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“My parents said I’m going to learn more about real life in this week of camp than in an entire year of school.” ~ Camper
The kitchen felt chaotic as 18 youth aged 11 to 15 prepared three different meals of their choosing. One group cut up chicken for Pho’, another made pasta with a pasta maker, and a third group tossed a green salad while they waited for their pizza dough to rise. As I jumped from group to group, I hoped that the food would taste okay.
This cooking class, facilitated by Chaco Canyon Cafe Head Chef Lois Blanford Rivera, was the culminating event of a week of activities around growing, meal planning, buying, cooking, and eating food. During the week, we visited the Seattle Tilth Teaching Garden and UW Farm, planned our meals and made S’mores at Golden Gardens, shopped for ingredients at Pike Place Market, and got our hands dirty with University YMCA volunteers at our Roots and Shoots Community Garden.
The moment of truth arrived. We filled our plates with delicious smelling food and headed outside to eat in the sunshine. Despite having 18 cooks in the kitchen, the broth was perfect, the BBQ chicken pizza was delicious, and the homemade pasta was transcendent. As we ate, everyone shared one thing they learned. One youth shared that “I learned food tastes better when you make it with your own hands.” Another said, “I learned how to make food that I usually buy in a box.” I smiled, hearing youth confirm they’d learned the lessons I’d tried to so hard to impart.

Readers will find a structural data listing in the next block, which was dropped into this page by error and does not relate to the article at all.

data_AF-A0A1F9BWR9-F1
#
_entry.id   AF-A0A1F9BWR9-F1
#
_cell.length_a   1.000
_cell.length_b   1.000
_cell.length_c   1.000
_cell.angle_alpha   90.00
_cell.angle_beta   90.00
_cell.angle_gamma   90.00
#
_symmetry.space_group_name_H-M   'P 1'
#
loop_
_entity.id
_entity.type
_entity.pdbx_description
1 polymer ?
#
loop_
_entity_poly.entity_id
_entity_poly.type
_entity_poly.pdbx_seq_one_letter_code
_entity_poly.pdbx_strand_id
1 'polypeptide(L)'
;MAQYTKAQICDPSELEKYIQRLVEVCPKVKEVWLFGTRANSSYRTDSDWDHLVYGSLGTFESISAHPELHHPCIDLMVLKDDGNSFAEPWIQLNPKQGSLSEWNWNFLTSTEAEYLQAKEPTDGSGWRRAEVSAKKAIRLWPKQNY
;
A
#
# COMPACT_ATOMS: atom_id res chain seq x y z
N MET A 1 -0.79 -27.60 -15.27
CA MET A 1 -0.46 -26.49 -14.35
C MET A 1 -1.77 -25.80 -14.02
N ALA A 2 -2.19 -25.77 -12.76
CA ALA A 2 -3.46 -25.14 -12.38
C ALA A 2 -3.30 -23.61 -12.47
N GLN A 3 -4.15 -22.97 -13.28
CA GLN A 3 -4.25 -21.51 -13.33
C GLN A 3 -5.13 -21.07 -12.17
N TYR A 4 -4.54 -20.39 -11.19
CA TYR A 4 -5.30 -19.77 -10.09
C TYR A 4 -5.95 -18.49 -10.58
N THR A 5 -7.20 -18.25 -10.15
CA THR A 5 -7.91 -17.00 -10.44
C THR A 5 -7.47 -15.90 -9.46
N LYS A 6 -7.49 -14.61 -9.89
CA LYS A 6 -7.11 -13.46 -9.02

That afternoon, a parent called to see if she could enroll her son in another week of camp. Her son is autistic, so she’d signed him up for one week of camp to try it out. When week 1 went well, she signed him up for a second week. At the end of the week, she gave me a call. Her son was asking to sign up for another couple of weeks at camp. For the first time, he was successful at a mainstream camp program. She gratefully thanked me and my “gang of misfits” for creating an environment where he could fit in.
I love it when my kids say they learned something at camp. When they report that they learned “more about real life in this week of camp than in an entire year of school” I’m tickled pink. But I care more that I’ve assembled a gang of misfits and helped them become a community. As schools become increasingly segregated and tracked, and as afterschool activities become more specialized, kids have fewer opportunities to get to know folks who are different from them. Youth programs in general, and summer camp in particular, can be one of the few places where kids from different backgrounds come together. As far as I’m concerned, that’s the biggest success of camp this summer.
Reflections from my summer leading Quest Camp at the University Family YMCA. It was a blast! Check out more of their youth and community programs at www.universityfamilyymca.org/